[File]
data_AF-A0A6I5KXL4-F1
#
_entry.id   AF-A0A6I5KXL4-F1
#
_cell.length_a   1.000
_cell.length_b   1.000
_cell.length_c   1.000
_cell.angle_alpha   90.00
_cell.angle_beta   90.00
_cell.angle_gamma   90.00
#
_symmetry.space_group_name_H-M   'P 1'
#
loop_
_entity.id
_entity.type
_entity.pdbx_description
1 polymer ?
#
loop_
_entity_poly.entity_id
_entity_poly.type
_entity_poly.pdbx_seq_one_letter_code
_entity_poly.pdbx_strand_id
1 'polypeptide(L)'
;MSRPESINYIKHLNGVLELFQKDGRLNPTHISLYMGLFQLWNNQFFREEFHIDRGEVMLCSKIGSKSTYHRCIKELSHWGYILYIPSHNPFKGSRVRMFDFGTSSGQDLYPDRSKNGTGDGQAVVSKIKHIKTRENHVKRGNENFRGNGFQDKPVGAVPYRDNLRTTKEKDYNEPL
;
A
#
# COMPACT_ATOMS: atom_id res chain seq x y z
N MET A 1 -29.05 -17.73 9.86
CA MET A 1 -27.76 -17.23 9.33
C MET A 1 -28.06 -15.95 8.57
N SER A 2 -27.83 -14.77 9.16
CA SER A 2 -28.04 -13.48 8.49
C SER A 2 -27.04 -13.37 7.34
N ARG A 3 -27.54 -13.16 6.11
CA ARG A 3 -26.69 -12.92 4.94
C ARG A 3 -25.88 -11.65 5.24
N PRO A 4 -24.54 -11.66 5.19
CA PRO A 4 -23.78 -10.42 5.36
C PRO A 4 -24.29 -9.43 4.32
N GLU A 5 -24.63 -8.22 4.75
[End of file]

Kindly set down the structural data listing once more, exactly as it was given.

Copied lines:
data_AF-A0A6I5KXL4-F1
#
_entry.id   AF-A0A6I5KXL4-F1
#
_cell.length_a   1.000
_cell.length_b   1.000
_cell.length_c   1.000
_cell.angle_alpha   90.00
_cell.angle_beta   90.00
_cell.angle_gamma   90.00
#
_symmetry.space_group_name_H-M   'P 1'
#
loop_
_entity.id
_entity.type
_entity.pdbx_description
1 polymer ?
#
loop_
_entity_poly.entity_id
_entity_poly.type
_entity_poly.pdbx_seq_one_letter_code
_entity_poly.pdbx_strand_id
1 'polypeptide(L)'
;MSRPESINYIKHLNGVLELFQKDGRLNPTHISLYMGLFQLWNNQFFREEFHIDRGEVMLCSKIGSKSTYHRCIKELSHWGYILYIPSHNPFKGSRVRMFDFGTSSGQDLYPDRSKNGTGDGQAVVSKIKHIKTRENHVKRGNENFRGNGFQDKPVGAVPYRDNLRTTKEKDYNEPL
;
A
#
# COMPACT_ATOMS: atom_id res chain seq x y z
N MET A 1 -29.05 -17.73 9.86
CA MET A 1 -27.76 -17.23 9.33
C MET A 1 -28.06 -15.95 8.57
N SER A 2 -27.83 -14.77 9.16
CA SER A 2 -28.04 -13.48 8.49
C SER A 2 -27.04 -13.37 7.34
N ARG A 3 -27.54 -13.16 6.11
CA ARG A 3 -26.69 -12.92 4.94
C ARG A 3 -25.88 -11.65 5.24
N PRO A 4 -24.54 -11.66 5.19
CA PRO A 4 -23.78 -10.42 5.36
C PRO A 4 -24.29 -9.43 4.32
N GLU A 5 -24.63 -8.22 4.75